By Kristina Montville '14
After four months of traveling, volunteering and pursuing new experiences, 29 first-year students arrived on campus this semester to start their Franklin & Marshall careers.
The students enrolled at F&M in January via the College's Spring Admit program, designed for students who want to take a few months between high school and college to pursue intellectual, civic or social experiences before enrolling at F&M.
More than half of the students traveled the world, earning credit for studying in Africa, France, South America, Mexico, and Ireland, among other locations. Others took part in organized volunteer activities, at home and abroad.
Natalie Ross spent three months in Africa with the Carpe Diem organization, which runs gap programs focused on community, cultural immersion, and service learning. She worked at a special needs school in Uganda, took Swahili lessons, and volunteered at a conservation habitat for rhinoceroses.
"I wanted to experience something different. I wanted something outside just the classroom experience," she said. "I arrived at F&M with a different perspective. Getting more hands-on experience in foreign countries helps your work in the classroom by taking into consideration the many different perspectives out there."
Mridula Gupta dedicated her fall semester to studying in Aix-en-Provence, France, through the Institute for American Universities, earning four credits toward her degree. Gupta was abroad for more than three months, the longest time she's been away from home.
"It was difficult at first, but I know it truly prepared me for the rest of my college life," she said. "It made me really independent because of all the different parts of Europe I explored with the friends I made there."
Twelve students participated in the F&M in Dublin program directed by the Foundation for International Education. The students spent four months in the city, attending classes for credit and exploring the city.
"Dublin was, hands down, the best four months of my life," participant Mackenzie Quinn said. "I appreciated the beautiful architecture that I got to walk by every day on my way to class."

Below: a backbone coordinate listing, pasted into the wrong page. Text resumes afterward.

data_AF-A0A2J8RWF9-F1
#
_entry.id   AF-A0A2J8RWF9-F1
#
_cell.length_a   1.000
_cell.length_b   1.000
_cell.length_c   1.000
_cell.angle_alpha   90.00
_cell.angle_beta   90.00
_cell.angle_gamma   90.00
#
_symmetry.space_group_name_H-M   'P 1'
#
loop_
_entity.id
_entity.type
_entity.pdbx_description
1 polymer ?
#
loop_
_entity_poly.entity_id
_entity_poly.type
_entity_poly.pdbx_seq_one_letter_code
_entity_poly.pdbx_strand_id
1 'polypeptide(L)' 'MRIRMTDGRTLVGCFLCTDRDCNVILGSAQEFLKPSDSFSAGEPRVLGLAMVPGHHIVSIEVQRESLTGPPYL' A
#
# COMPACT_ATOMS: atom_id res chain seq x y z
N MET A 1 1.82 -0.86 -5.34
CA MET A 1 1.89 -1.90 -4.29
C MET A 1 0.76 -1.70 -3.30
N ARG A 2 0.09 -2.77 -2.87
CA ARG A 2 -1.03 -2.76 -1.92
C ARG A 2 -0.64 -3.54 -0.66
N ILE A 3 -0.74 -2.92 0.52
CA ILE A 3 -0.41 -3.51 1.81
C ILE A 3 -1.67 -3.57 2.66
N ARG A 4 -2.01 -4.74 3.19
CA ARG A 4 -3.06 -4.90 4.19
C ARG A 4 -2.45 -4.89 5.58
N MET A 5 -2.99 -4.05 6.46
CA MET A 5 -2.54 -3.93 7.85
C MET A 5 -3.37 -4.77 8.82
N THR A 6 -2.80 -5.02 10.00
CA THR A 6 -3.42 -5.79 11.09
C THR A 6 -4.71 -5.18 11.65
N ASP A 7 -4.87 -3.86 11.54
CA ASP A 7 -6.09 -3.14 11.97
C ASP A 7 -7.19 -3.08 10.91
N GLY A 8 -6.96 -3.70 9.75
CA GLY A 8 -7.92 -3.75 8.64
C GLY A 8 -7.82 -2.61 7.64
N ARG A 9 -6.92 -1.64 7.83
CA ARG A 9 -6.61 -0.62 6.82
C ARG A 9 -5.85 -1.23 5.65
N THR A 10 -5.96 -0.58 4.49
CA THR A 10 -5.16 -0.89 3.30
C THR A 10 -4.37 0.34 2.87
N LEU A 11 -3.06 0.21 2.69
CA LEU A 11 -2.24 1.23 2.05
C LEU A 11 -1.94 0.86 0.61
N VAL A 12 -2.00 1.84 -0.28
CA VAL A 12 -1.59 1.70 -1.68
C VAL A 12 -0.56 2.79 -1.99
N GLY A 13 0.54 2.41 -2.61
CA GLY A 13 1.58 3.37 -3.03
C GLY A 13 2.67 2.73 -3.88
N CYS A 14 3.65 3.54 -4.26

When students arrived on campus in mid-January to join their new community, they participated in an organized weekend orientation. Kabi Hartman, director of the Spring Admit Program and senior adjunct assistant professor of English, and Curt Bentzel, associate professor of German and co-adviser in the Spring Admit Program, led the students in welcome sessions and helped them navigate the class scheduling process.
Ten student orientation leaders directed a variety of other activities, including snow tubing at AvalancheXpress in York and acting games with F&M professional staff members Lydia Brubaker and Jo Underhill.
This year's orientation was themed "Going Local." Students branched out into the Lancaster community to learn more about their new home city. Meeting in groups of five to six, students and their orientation leaders shared stories and meals at a variety of downtown restaurants, such as Aussie and the Fox, the Fridge, and Commonwealth Café.
"Going to these local businesses and restaurants gave the students a chance to be introduced not just to the school, but the city as well," Hartman said.
Gupta said she appreciated the close-knit gatherings.
"Spring Option was nice because it was only a few of us. We didn't have to go through the [fall] process of seeing hundreds of unknown faces."
Ross said she enjoyed getting to know Lancaster.
"The city is more than you would expect. It's worth exploring."